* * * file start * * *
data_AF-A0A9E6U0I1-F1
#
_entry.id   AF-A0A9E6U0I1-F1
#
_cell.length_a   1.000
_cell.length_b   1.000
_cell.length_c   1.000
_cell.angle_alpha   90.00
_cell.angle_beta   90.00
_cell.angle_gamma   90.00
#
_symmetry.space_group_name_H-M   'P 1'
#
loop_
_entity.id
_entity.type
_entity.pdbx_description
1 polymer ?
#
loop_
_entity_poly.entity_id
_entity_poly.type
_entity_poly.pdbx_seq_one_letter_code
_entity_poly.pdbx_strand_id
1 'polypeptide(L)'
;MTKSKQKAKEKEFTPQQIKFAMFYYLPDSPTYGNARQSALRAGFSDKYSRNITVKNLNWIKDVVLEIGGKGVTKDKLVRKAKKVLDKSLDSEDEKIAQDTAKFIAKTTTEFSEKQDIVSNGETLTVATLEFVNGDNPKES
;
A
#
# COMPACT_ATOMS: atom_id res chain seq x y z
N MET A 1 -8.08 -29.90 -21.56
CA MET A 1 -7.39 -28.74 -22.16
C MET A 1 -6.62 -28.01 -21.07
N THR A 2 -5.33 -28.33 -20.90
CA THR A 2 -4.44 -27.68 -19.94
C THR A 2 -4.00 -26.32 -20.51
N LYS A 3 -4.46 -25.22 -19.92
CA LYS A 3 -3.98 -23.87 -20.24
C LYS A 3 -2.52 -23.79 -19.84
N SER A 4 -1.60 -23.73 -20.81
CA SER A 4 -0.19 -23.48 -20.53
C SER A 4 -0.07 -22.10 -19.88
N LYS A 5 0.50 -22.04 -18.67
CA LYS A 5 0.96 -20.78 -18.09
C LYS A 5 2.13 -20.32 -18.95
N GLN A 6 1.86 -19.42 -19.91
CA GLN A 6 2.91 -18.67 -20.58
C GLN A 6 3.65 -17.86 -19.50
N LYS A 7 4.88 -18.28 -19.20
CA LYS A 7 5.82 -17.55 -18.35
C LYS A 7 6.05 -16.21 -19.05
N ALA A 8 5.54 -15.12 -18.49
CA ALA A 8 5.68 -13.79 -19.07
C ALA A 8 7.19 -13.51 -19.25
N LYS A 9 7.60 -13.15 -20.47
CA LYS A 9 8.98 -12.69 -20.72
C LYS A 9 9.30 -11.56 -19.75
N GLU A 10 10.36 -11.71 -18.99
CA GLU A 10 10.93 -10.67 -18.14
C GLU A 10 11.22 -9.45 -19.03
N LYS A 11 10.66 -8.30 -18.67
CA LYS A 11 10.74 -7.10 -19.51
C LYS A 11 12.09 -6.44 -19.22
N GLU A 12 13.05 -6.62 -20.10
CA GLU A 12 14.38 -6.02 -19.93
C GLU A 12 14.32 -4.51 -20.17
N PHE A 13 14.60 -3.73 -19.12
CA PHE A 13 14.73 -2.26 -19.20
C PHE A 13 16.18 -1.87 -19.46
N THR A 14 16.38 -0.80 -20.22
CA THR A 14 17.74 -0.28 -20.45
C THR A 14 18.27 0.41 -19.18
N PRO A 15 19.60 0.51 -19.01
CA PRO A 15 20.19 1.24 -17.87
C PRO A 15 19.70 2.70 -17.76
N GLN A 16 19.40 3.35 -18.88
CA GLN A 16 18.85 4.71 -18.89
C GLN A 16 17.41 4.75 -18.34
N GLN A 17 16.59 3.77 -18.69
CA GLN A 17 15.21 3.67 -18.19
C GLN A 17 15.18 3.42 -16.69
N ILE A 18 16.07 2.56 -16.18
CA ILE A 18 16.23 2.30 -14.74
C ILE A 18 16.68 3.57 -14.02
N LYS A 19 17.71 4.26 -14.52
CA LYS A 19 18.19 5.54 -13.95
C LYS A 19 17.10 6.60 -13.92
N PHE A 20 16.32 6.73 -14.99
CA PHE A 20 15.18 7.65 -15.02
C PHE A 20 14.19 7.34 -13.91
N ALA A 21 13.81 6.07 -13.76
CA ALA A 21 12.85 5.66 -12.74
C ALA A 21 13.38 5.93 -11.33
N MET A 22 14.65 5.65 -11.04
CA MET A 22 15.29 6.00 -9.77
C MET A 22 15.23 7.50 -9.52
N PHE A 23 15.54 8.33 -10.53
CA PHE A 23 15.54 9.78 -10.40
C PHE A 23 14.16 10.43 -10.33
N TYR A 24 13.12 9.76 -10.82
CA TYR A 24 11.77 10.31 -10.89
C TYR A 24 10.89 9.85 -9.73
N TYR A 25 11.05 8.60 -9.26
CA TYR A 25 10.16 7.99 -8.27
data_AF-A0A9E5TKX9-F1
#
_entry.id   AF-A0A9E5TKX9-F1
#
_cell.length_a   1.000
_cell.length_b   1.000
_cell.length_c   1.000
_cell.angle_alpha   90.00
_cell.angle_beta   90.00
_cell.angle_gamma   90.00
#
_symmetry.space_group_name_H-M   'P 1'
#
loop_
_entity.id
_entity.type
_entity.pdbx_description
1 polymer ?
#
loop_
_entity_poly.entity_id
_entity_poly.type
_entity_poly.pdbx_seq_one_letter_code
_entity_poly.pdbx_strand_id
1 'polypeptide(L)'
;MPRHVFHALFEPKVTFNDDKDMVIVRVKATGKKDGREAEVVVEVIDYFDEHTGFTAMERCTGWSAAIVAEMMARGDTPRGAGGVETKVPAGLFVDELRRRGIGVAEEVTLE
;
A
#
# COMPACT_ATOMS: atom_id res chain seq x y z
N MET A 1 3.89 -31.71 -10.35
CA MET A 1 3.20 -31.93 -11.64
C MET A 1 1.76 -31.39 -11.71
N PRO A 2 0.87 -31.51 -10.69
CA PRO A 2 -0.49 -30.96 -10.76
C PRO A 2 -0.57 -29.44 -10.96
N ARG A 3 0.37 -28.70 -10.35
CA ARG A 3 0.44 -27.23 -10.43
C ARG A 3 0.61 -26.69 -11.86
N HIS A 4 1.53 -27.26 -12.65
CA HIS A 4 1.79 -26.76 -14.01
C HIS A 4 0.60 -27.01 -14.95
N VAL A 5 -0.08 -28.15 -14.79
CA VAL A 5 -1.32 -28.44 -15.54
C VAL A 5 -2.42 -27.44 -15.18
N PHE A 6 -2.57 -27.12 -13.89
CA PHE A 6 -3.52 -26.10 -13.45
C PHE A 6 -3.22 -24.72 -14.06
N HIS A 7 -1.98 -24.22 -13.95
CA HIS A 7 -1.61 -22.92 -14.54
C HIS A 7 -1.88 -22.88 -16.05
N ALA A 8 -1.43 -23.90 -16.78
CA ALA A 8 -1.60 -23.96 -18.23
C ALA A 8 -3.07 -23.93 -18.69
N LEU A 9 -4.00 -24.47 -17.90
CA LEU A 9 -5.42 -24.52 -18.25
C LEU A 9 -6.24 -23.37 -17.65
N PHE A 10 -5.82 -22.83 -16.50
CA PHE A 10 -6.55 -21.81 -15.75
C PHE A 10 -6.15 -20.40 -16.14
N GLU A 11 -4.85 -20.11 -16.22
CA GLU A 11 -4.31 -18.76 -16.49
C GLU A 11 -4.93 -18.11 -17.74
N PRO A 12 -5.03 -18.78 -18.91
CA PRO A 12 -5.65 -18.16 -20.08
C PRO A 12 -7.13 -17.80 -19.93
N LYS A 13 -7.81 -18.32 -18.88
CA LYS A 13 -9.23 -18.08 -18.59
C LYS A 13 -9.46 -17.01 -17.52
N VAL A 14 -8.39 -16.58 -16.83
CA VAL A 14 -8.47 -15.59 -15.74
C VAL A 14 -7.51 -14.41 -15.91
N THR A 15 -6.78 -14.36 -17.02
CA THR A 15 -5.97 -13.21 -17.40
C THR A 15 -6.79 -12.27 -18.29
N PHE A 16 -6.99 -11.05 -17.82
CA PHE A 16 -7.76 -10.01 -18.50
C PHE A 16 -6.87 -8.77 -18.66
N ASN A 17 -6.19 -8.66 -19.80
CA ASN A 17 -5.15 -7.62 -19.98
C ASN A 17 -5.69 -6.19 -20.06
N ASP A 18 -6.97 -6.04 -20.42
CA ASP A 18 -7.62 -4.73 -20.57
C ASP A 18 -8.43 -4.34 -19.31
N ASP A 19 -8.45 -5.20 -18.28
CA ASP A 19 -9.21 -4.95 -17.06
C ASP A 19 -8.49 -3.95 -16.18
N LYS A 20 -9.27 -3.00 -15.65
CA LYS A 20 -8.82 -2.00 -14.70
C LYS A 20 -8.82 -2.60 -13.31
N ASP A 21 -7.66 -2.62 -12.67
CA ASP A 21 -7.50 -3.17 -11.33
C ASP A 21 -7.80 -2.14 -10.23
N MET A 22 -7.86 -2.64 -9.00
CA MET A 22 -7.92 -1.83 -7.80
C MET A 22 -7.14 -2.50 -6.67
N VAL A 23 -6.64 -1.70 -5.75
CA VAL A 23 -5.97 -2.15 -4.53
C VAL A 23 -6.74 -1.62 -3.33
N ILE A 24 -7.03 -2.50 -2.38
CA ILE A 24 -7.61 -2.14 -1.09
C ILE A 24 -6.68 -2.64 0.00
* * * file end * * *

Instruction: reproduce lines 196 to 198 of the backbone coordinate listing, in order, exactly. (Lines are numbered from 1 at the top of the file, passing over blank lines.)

CA ASP A 21 -7.50 -3.17 -11.33
C ASP A 21 -7.80 -2.14 -10.23
N MET A 22 -7.86 -2.64 -9.00